Socialization is a critical aspect of canine development. Without appropriate positive exposure to a wide variety of potential stimuli, most dogs will mature with innate timidity to these situations. It is critical that during this sensitive period in puppies (4-16 weeks of age) repeated, reinforced exposure to various personality types, age groups, vehicles, environments, etc. must occur. This calm, controlled exposures should be consistently and immediately followed by positive rewards such as tasty treats and praise.
Failure to do this will often result in an animal which shows fear in these situations and will often shy away from people approaching. Often these dogs are assumed to have been "abused" if the dog's background is unknown. Once the window of opportunity that is the sensitive period is closed, it becomes very difficult to train a dog to not be as fearfully reactive in these circumstances. Over time, these dogs may resort to using aggression to manage those situations in which they experience fear or anxiety. Treatment involves:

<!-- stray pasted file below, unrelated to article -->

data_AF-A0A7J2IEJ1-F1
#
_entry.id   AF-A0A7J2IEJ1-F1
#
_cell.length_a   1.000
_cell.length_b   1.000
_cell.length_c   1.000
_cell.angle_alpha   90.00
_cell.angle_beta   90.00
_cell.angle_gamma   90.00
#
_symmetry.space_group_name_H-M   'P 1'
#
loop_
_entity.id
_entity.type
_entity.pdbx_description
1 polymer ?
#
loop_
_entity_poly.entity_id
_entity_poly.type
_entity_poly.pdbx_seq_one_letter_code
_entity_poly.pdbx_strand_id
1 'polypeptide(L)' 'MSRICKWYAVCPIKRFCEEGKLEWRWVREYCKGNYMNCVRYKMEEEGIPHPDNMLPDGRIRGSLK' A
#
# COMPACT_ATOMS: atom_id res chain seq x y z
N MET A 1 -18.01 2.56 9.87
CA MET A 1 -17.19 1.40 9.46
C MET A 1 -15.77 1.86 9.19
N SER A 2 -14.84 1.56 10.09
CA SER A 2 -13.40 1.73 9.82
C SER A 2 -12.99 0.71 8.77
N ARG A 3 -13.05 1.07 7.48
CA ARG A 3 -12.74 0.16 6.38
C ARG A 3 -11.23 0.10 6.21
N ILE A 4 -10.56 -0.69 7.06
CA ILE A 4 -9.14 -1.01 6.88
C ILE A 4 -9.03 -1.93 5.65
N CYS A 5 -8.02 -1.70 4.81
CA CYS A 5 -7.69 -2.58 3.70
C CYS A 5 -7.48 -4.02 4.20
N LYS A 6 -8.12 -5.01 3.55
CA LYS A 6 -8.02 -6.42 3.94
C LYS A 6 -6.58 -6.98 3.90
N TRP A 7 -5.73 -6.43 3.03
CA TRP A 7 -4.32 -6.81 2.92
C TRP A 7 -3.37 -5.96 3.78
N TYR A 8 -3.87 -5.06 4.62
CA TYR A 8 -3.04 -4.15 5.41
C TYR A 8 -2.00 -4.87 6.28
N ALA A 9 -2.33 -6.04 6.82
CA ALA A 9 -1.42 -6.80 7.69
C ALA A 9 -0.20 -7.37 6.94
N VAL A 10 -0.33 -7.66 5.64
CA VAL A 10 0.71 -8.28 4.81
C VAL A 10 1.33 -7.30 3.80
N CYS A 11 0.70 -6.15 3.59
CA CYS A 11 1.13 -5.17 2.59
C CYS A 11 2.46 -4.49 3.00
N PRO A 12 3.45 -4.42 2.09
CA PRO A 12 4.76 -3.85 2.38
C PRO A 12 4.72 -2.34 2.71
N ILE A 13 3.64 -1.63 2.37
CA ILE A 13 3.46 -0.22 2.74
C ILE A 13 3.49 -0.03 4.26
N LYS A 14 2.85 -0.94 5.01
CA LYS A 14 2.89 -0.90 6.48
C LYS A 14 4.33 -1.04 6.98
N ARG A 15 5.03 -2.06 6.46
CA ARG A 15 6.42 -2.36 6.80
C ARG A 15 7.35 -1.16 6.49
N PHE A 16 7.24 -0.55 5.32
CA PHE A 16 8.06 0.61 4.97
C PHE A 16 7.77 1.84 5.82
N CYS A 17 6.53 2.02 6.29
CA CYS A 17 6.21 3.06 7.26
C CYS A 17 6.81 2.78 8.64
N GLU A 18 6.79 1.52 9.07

- Initially avoiding access to fear invoking stimuli
- Teaching and rewarding calm relaxed behavior in the absence of the fearful stimuli
- Gradually reintroducing the fear provoking stimulus and rewarding calm behavior